Matthew Taylor

Shortages may last until Christmas, PM admits

Shortages may last until Christmas, PM admits
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The Conservative party conference is just beginning in Manchester and, as is tradition, the Prime Minister sat down with Andrew Marr to discuss some of the most important issues facing the country. Marr began by asking about the case of Sarah Everard, who was abducted, raped and murdered by serving policeman Wayne Couzens. Johnson told Marr that the police as a whole are ‘overwhelmingly trustworthy’ and that he would ‘stop at nothing’ to reform the criminal justice system in order to ‘get more rapists behind bars’:

‘Wages are growing’

Marr challenged Johnson over statistics that he gave on the state of the economy. The Prime Minister claimed that after ‘ten years of flatlining’ paycheques, lower earners were seeing their wage packages grow as employers suffer a labour shortage. 

The PM explained that issues in abattoirs and on petrol station forecourts were a necessary condition of reaching higher wages — and he pledged that his government would not return to the era of 'uncontrolled immigration' to help mitigate the lack of workers. However, the PM did concede that there was a possibility that shortages could run until Christmas if the crisis failed to abate in the coming weeks (although the Tory party chair promised in a separate interview that people 'will have their turkeys for Christmas', see below).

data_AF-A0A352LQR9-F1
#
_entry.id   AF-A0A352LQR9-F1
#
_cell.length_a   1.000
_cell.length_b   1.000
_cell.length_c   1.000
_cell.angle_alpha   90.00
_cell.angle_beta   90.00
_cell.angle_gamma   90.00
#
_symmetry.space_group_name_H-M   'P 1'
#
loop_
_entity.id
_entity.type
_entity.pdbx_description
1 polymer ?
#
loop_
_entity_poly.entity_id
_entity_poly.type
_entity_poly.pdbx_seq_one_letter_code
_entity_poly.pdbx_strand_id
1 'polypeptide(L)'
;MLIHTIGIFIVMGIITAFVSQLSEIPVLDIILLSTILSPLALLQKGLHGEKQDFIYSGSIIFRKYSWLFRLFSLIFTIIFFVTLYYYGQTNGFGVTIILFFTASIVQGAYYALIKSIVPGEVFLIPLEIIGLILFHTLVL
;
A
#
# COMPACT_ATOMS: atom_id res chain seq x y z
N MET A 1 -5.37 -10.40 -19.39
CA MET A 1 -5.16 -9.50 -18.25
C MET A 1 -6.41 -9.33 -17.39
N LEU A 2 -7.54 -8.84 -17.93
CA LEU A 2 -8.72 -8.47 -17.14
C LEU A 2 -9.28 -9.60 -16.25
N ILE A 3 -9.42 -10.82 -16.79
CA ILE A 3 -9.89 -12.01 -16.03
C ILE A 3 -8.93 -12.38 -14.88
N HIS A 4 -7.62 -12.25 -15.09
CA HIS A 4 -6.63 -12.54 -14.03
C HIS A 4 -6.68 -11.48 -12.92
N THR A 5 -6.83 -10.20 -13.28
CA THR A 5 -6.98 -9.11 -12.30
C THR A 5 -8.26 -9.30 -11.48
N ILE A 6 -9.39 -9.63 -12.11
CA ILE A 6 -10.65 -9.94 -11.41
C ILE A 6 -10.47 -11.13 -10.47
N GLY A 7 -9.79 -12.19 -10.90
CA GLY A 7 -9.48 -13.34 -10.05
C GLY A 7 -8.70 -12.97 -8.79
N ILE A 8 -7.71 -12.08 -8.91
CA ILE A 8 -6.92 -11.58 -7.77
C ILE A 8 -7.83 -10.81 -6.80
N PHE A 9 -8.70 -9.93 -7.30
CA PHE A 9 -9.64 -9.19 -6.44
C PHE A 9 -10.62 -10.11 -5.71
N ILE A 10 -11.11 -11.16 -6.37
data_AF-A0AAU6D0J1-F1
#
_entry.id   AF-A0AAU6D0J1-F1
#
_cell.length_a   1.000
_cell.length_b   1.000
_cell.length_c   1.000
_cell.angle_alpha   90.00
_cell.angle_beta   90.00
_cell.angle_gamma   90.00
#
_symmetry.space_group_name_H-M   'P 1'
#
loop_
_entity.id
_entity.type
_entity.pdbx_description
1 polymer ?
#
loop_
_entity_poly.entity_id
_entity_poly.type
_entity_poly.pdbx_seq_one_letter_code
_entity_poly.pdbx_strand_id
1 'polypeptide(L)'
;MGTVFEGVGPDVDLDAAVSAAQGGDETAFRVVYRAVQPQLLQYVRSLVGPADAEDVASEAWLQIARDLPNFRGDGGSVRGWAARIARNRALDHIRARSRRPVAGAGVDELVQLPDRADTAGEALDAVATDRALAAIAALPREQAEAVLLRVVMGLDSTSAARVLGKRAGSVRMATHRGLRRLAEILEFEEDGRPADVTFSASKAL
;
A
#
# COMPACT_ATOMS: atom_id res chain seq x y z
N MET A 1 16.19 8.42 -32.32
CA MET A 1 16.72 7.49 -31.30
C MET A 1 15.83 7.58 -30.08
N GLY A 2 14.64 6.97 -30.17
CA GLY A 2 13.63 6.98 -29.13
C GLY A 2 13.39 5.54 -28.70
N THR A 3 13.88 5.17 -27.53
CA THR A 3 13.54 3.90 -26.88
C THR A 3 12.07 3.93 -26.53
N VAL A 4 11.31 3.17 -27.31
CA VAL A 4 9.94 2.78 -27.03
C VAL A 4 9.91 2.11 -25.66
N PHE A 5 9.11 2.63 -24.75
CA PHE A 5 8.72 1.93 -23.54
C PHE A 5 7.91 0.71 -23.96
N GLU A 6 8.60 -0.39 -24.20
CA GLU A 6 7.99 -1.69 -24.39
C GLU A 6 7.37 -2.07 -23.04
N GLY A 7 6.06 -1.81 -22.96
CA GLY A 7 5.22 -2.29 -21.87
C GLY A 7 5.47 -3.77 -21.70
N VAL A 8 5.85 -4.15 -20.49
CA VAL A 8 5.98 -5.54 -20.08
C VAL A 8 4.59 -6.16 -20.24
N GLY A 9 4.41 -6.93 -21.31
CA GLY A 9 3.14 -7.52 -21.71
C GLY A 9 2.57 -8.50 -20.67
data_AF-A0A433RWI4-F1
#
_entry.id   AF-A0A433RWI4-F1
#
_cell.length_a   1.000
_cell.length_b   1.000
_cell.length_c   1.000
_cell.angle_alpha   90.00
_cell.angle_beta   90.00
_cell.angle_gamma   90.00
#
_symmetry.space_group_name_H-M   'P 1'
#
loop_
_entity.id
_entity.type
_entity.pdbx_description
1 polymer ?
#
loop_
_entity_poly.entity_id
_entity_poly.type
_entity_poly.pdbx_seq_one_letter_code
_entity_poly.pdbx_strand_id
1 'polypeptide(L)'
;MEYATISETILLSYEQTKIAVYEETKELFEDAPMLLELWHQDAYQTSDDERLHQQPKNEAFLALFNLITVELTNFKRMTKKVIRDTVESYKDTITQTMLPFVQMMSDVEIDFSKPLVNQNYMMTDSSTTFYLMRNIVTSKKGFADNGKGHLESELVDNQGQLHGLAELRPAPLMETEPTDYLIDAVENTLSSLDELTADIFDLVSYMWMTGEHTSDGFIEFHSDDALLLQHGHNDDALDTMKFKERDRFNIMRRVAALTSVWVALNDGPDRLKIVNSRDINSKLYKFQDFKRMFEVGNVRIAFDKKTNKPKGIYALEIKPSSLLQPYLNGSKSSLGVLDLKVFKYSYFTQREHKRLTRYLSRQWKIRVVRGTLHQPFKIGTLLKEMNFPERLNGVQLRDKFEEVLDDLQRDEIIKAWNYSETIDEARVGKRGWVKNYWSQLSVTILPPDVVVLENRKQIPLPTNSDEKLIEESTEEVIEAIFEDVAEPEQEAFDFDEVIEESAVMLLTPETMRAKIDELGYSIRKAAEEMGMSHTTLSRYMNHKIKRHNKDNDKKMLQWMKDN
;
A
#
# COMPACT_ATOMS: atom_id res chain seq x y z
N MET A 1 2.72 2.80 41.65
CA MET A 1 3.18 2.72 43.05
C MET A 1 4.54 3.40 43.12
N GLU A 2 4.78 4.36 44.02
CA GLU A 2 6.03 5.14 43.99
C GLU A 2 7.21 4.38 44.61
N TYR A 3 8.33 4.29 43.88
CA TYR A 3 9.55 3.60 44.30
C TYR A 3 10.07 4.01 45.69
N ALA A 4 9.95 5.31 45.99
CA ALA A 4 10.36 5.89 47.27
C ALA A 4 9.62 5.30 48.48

Marr disputed the central pillar of Johnson's argument, claiming instead that increasing wages are being cancelled out by a rise in the price of goods. The broadcaster cited data from the Office for National Statistics that shows that wage growth is yet to match rising inflation:

‘Have no fear… I do not want to raise taxes again’

Marr tried to pin down Johnson on taxes, saying that the PM was presiding over the highest level of taxation in the broadcaster's lifetime. The Conservatives pledged in 2019 not to raise the rates of income tax, VAT or National Insurance, but the government’s last budget introduced a hike in National Insurance to pay for NHS shortfalls, which will later transform into a ‘health and social care levy’. Johnson argued that the increase was needed in order to be ‘responsible’ with the public finances:

Andy Burnham — ‘I agree’ Keir Starmer is doing a ‘good job’

Marr also interviewed the Mayor of Greater Manchester Andy Burnham. With Keir Starmer having a mixed conference of his own last week, Marr asked Burnham about the speculation that he could be after the Labour leader’s job:

Violence against women ‘starts with men and boys’

Burnham also spoke to Trevor Philips, who was live from Manchester for Sky News. Burnham was critical of the Metropolitan Police’s response to what women should do if confronted by a lone officer, as Sarah Everard had been. He told Philips that he would be leading a ‘high profile public information campaign’ on violence against women in his patch of Greater Manchester:

Former police chief — all officers should be vetted again

Philips went on to interview Parm Sandhu, a former chief superintendent in the Met. Sandhu told Phillips that Wayne Couzens could have been spotted and removed from the police on several occasions:

Oliver Dowden — People will have their turkeys for Christmas

And finally, the Conservative party chairman Oliver Dowden made Phillips a festive promise: